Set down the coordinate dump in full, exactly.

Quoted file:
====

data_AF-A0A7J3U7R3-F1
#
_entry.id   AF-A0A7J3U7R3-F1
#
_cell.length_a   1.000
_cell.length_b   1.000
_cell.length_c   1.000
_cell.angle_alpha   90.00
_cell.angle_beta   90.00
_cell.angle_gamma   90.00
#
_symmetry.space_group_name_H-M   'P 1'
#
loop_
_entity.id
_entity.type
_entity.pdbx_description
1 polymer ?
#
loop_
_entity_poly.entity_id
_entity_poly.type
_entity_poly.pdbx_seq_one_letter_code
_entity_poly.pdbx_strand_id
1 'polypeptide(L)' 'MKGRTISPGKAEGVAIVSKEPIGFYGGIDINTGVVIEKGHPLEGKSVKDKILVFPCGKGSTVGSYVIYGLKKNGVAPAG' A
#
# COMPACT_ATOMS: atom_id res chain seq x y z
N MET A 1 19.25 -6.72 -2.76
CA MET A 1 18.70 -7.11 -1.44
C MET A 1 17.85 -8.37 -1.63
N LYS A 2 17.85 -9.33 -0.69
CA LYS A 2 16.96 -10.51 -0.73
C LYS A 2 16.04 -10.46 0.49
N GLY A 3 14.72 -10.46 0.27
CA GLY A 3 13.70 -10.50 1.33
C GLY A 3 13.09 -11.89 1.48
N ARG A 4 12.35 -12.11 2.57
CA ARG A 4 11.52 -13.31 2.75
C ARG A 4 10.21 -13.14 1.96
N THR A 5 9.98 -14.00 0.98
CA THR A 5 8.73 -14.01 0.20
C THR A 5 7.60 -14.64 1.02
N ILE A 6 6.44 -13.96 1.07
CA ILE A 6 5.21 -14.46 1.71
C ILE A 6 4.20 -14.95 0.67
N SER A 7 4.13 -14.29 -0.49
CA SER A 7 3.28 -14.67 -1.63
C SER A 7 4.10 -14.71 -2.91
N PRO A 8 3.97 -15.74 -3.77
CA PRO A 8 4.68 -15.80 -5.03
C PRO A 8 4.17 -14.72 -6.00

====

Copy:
data_AF-A0A7J3U7R3-F1
#
_entry.id   AF-A0A7J3U7R3-F1
#
_cell.length_a   1.000
_cell.length_b   1.000
_cell.length_c   1.000
_cell.angle_alpha   90.00
_cell.angle_beta   90.00
_cell.angle_gamma   90.00
#
_symmetry.space_group_name_H-M   'P 1'
#
loop_
_entity.id
_entity.type
_entity.pdbx_description
1 polymer ?
#
loop_
_entity_poly.entity_id
_entity_poly.type
_entity_poly.pdbx_seq_one_letter_code
_entity_poly.pdbx_strand_id
1 'polypeptide(L)' 'MKGRTISPGKAEGVAIVSKEPIGFYGGIDINTGVVIEKGHPLEGKSVKDKILVFPCGKGSTVGSYVIYGLKKNGVAPAG' A
#
# COMPACT_ATOMS: atom_id res chain seq x y z
N MET A 1 19.25 -6.72 -2.76
CA MET A 1 18.70 -7.11 -1.44
C MET A 1 17.85 -8.37 -1.63
N LYS A 2 17.85 -9.33 -0.69
CA LYS A 2 16.96 -10.51 -0.73
C LYS A 2 16.04 -10.46 0.49
N GLY A 3 14.72 -10.46 0.27
CA GLY A 3 13.70 -10.50 1.33
C GLY A 3 13.09 -11.89 1.48
N ARG A 4 12.35 -12.11 2.57
CA ARG A 4 11.52 -13.31 2.75
C ARG A 4 10.21 -13.14 1.96
N THR A 5 9.98 -14.00 0.98
CA THR A 5 8.73 -14.01 0.20
C THR A 5 7.60 -14.64 1.02
N ILE A 6 6.44 -13.96 1.07
CA ILE A 6 5.21 -14.46 1.71
C ILE A 6 4.20 -14.95 0.67
N SER A 7 4.13 -14.29 -0.49
CA SER A 7 3.28 -14.67 -1.63
C SER A 7 4.10 -14.71 -2.91
N PRO A 8 3.97 -15.74 -3.77
CA PRO A 8 4.68 -15.80 -5.03
C PRO A 8 4.17 -14.72 -6.00